As spring slipped in to summer, I found myself working in a different kind of craft area. Everyone within the coffee industry recognizes coffee to be a craft; from roasting to brewing (and probably from picking to processing too), but I feel sometimes we focus too much on the coffee and too little on the café and what surrounds it as well.
I used to live a couple of years in a tiny town called Gränna. The people of Sweden knows it mostly for its reputation as the origin of a specific candy cane called “Polkagris”, which to this date is made in the same traditional way there. The original cane has mint flavor, and is colored white with red stripes. As I lived there, I knew a lot of people within that industry, but never recognized it to be more than just something people did there, rather than the craft it actually is. So when my brother-in-law opened up a store i Stockholm, I wanted to learn the craft just to see what it was like. And I spent part of this summer making these candies for happy tourists and Stockholmers, and learnt a few things besides the actual baking of the candy canes…
Baking these candy canes doesn’t require too much effort regarding ingredients, this is true. Water, sugar and vinegar is the basis. However, the skill is not unlike making espresso; the weather conditions are of great importance for the texture of the dough. If humid, it will go soft and sticky, and thus easier to shape but very hard to make it go hard and store for a longer time. It needs then to be consumed immidately. On the other hand, if you make the dough too hard, it needs to be baked a lot quicker and the dough, while shaping it into a stick, might easily break.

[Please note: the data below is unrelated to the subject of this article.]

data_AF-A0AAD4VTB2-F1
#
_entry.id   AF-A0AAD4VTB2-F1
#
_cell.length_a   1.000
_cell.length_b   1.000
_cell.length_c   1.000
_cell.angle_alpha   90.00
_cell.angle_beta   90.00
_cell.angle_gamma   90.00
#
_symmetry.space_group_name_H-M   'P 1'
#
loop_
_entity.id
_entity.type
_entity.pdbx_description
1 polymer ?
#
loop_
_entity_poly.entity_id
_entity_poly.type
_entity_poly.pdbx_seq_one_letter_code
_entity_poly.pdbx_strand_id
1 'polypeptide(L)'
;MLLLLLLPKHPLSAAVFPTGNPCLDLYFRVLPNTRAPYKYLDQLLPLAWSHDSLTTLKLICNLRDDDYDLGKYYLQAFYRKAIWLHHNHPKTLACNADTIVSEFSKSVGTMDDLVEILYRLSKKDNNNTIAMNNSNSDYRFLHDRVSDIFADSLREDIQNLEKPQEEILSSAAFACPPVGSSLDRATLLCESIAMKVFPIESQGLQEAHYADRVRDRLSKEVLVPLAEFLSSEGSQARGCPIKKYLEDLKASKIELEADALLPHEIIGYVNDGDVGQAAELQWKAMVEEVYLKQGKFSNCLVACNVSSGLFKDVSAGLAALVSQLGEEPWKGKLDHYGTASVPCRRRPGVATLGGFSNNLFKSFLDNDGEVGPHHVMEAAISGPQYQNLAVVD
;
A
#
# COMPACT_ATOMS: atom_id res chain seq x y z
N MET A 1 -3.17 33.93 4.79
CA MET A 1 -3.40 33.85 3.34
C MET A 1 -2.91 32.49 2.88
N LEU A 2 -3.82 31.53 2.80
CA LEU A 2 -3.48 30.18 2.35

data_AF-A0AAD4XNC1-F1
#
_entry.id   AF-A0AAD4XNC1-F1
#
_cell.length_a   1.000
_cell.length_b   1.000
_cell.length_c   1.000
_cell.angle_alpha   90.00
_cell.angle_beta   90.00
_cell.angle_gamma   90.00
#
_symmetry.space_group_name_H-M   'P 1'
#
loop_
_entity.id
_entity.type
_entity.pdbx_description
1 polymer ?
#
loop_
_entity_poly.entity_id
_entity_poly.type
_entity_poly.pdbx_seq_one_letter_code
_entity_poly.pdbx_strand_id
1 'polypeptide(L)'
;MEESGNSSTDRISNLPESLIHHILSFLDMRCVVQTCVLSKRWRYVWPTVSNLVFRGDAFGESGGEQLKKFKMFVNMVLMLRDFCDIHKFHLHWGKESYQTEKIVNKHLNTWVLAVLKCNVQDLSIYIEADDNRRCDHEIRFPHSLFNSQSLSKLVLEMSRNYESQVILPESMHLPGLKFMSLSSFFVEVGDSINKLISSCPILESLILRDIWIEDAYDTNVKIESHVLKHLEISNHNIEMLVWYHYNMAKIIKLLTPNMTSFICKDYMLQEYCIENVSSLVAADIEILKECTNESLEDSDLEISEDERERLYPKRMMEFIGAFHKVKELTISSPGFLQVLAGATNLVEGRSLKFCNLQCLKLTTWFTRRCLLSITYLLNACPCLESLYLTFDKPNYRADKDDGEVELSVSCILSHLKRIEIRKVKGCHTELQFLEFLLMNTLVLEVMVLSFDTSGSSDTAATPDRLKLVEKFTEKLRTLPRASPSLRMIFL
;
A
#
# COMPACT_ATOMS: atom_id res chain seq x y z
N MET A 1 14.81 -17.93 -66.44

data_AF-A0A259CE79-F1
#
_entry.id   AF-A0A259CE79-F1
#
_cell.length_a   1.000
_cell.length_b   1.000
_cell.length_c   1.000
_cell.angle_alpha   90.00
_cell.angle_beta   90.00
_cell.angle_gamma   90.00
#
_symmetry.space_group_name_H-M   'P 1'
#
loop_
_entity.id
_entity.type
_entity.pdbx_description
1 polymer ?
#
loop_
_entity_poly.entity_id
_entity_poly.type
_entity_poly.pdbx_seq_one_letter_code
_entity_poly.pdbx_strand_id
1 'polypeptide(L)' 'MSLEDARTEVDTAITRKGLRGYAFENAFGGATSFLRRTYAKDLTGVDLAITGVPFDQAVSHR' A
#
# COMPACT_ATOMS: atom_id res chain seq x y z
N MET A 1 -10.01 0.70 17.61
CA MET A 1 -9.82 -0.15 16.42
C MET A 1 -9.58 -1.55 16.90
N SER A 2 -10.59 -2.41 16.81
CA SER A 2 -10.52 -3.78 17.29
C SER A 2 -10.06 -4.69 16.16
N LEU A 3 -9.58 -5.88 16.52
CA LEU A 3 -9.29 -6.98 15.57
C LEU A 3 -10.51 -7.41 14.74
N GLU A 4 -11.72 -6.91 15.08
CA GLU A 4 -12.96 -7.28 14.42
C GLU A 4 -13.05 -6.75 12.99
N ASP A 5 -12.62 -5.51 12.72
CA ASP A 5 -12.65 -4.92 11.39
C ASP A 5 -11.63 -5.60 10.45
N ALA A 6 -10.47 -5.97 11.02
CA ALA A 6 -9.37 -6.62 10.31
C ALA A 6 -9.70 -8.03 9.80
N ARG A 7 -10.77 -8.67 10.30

Another thing that sets the home baker apart from this kind of set up, is a proper cooling table, as seen above. Jonas, senior baker and part owner of the shop, is here airating the dough for it to reach perfect texture and cool it down slightly in order to harden in time. The price you pay for this candy, includes the fact that you see it manufactured by hand in the old traditional way, it has been made since 1859. What Jonas wears in this picture is our store uniform, which is a replica tailored by a museum in Stockholm in order to capture the right era (however an inside secret is that the actual era was too ugly, so it’s from ten years later or so…)
Another interesting aspect of the in store experience, is the tasting of warm candy stick, while it is fresh on the table. Kim, holding the warm candy ready to serve it to eager spectators with a scissor, is also dressed in a same era costume. This will give customers an overall experience that not only shows them the hard labor and skill in craft, but also to taste the fruits of the same. Kids and adults loves it, and I’m not sure how many Spanish, Chinese, Russian, Italian etc. photoalbums I’m in this year, but they are a lot..
Here is centre stage for the craft. Jonas has now shaped the dough into the sticks, and they will be cut into 50 gram sticks, and hand wrapped. What seems like a rather simple task, is actually quite demanding. It takes feeling, timing, strength and patience, pretty much like brewing coffee.